There have been 20-24 epidemics of Ebola in the past, but the Ebola strain this time in West Africa is very strong. Until now, 10,000 people have been affected, over 5,000 have died and many medical personnel have also died. That way, you cannot afford to take the disease casually. Even if there is a 1 per cent mortality rate, you have to take the disease seriously. The good thing about Ebola is that it is not an airborne disease. The bad thing is the official mortality rate, which is very high—up to 80-90 per cent though it is 55-60 per cent according to the WHO. But the precautions we are taking for Ebola are not at the cost of tuberculosis, which also needs attention in a big way.

What are the other priority areas in the health sector for the government?

We intend to eliminate diseases such as measles, neonatal tetanus, leprosy, filaria and kala azar [leishmaniasis]. We have launched a programme in Bihar and the four States adjoining it to eliminate kala azar by next year. A programme for the elimination of filaria will also be launched in one and a half years. While the WHO has set a target for the elimination of measles by 2020, I want to achieve it by 2018. Then, there are diseases we want to check through early diagnosis such as diabetes, hypertension, cancer and cardiovascular ailments by providing treatment at early stages. The National Health Assurance Mission is going to be the biggest activity that will be rolled out in the near future. It will ensure that all people in the country can access a package of services, that essential drugs are assured, that the Indian system of medicine is expanded, and that an insurance mechanism is in place to deal with tertiary-care issues.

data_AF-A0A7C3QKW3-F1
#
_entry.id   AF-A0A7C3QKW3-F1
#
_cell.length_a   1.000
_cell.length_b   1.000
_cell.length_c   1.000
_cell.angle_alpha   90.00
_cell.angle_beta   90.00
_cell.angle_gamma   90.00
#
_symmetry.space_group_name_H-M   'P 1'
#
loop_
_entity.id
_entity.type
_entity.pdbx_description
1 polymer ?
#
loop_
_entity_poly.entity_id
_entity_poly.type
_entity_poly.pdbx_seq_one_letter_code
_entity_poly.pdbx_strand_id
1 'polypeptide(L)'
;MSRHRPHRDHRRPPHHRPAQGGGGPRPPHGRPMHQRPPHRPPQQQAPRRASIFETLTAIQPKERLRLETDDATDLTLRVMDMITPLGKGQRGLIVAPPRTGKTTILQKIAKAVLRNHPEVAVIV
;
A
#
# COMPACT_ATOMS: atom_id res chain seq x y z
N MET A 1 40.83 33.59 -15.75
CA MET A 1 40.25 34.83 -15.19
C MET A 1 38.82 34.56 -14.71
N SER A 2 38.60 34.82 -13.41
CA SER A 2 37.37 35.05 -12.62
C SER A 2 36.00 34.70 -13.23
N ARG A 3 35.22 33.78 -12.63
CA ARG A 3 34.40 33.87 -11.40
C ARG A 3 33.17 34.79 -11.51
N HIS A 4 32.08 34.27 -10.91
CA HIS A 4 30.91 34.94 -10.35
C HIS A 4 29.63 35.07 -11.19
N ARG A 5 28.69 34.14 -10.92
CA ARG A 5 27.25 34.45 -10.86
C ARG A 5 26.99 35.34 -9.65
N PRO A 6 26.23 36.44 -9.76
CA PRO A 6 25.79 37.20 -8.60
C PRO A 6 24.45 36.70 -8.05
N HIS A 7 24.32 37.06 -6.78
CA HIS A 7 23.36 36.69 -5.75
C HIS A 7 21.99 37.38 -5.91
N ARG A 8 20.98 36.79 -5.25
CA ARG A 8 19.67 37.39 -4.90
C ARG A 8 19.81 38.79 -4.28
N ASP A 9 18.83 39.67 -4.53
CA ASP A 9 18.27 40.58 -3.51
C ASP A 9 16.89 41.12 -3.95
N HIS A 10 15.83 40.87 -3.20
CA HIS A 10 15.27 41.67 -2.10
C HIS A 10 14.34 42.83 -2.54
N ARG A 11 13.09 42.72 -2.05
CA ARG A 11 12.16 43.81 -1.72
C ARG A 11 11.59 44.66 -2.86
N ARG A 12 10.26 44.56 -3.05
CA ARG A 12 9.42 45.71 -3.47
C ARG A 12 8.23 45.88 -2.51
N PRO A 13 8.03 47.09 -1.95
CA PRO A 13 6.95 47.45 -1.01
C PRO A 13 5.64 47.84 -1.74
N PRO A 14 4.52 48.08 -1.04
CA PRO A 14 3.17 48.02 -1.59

We also intend to focus on medical education reforms. There is a need to drastically change the curriculum and add new subjects such as environmental medicine, occupational medicine, and ethics.

Then, we have to asses the deficit in the availability of health workers, doctors, nurses and paramedics.

How prepared is the country to launch a timely response to a disease such as Ebola? What is the government doing to strengthen the health-care system?

We have a fairly good, responsive public health system in the country. We have a very good-quality surveillance mechanism and research laboratories.

One of the early decisions taken by the Modi government was to establish a dozen more AIIMS [All India Institutes of Medical Sciences]. We are in the process of upgrading our medical colleges to superspecialty hospitals, upgrading our district hospitals, opening 60-70 cancer centres and State-level cancer institutes. We are in the process of developing a lot of infrastructure in the near future. We are going to push Ayurveda in the biggest possible way through the Ayush Mission whereby not only Ayurveda but all other Indian health-care systems such as Siddha, Unani, homeopathy, yoga and naturopathy will grow. We will help State governments to develop these in a big way.

We’ll further strengthen the existing dispensaries and research centres of Ayurveda. With our help, State governments can create more institutions and facilities to carry out research on Ayurvedic medicines. We will involve the government and the private and corporate sectors to develop the infrastructure and manpower.